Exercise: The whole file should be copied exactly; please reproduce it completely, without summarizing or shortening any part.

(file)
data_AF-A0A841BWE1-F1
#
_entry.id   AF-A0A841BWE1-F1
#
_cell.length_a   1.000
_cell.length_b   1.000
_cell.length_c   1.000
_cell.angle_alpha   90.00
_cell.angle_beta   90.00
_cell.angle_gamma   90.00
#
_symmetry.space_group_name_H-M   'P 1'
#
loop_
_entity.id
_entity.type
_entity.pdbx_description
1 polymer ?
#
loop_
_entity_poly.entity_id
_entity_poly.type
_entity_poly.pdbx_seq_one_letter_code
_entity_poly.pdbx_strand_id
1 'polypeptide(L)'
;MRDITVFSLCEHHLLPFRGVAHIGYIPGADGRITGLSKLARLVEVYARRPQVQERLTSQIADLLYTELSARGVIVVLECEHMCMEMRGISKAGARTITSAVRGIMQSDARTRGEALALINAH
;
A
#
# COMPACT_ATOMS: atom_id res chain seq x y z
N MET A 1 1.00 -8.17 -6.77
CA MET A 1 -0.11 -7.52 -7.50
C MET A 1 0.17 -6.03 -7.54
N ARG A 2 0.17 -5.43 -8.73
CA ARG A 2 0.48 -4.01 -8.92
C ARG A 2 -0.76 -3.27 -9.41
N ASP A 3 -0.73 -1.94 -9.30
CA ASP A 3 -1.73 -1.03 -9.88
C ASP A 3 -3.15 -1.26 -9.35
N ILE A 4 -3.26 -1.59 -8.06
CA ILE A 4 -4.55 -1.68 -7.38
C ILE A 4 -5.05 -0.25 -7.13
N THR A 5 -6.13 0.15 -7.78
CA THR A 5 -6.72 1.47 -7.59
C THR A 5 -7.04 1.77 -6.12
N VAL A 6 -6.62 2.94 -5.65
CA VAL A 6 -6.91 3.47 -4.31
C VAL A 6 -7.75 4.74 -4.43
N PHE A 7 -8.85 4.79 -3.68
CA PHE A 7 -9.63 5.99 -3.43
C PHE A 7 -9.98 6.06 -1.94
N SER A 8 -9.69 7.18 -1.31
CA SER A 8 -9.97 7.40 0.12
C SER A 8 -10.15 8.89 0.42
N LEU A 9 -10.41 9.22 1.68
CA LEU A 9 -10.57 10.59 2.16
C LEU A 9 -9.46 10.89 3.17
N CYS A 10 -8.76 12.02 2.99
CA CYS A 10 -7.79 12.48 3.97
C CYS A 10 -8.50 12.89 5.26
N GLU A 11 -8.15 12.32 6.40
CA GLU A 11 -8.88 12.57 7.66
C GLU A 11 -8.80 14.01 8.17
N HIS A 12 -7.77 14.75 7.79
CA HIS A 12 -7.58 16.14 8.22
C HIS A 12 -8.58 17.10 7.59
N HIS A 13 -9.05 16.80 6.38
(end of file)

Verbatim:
data_AF-A0A841BWE1-F1
#
_entry.id   AF-A0A841BWE1-F1
#
_cell.length_a   1.000
_cell.length_b   1.000
_cell.length_c   1.000
_cell.angle_alpha   90.00
_cell.angle_beta   90.00
_cell.angle_gamma   90.00
#
_symmetry.space_group_name_H-M   'P 1'
#
loop_
_entity.id
_entity.type
_entity.pdbx_description
1 polymer ?
#
loop_
_entity_poly.entity_id
_entity_poly.type
_entity_poly.pdbx_seq_one_letter_code
_entity_poly.pdbx_strand_id
1 'polypeptide(L)'
;MRDITVFSLCEHHLLPFRGVAHIGYIPGADGRITGLSKLARLVEVYARRPQVQERLTSQIADLLYTELSARGVIVVLECEHMCMEMRGISKAGARTITSAVRGIMQSDARTRGEALALINAH
;
A
#
# COMPACT_ATOMS: atom_id res chain seq x y z
N MET A 1 1.00 -8.17 -6.77
CA MET A 1 -0.11 -7.52 -7.50
C MET A 1 0.17 -6.03 -7.54
N ARG A 2 0.17 -5.43 -8.73
CA ARG A 2 0.48 -4.01 -8.92
C ARG A 2 -0.76 -3.27 -9.41
N ASP A 3 -0.73 -1.94 -9.30
CA ASP A 3 -1.73 -1.03 -9.88
C ASP A 3 -3.15 -1.26 -9.35
N ILE A 4 -3.26 -1.59 -8.06
CA ILE A 4 -4.55 -1.68 -7.38
C ILE A 4 -5.05 -0.25 -7.13
N THR A 5 -6.13 0.15 -7.78
CA THR A 5 -6.72 1.47 -7.59
C THR A 5 -7.04 1.77 -6.12
N VAL A 6 -6.62 2.94 -5.65
CA VAL A 6 -6.91 3.47 -4.31
C VAL A 6 -7.75 4.74 -4.43
N PHE A 7 -8.85 4.79 -3.68
CA PHE A 7 -9.63 5.99 -3.43
C PHE A 7 -9.98 6.06 -1.94
N SER A 8 -9.69 7.18 -1.31
CA SER A 8 -9.97 7.40 0.12
C SER A 8 -10.15 8.89 0.42
N LEU A 9 -10.41 9.22 1.68
CA LEU A 9 -10.57 10.59 2.16
C LEU A 9 -9.46 10.89 3.17
N CYS A 10 -8.76 12.02 2.99
CA CYS A 10 -7.79 12.48 3.97
C CYS A 10 -8.50 12.89 5.26
N GLU A 11 -8.15 12.32 6.40
CA GLU A 11 -8.88 12.57 7.66
C GLU A 11 -8.80 14.01 8.17
N HIS A 12 -7.77 14.75 7.79
CA HIS A 12 -7.58 16.14 8.22
C HIS A 12 -8.58 17.10 7.59
N HIS A 13 -9.05 16.80 6.38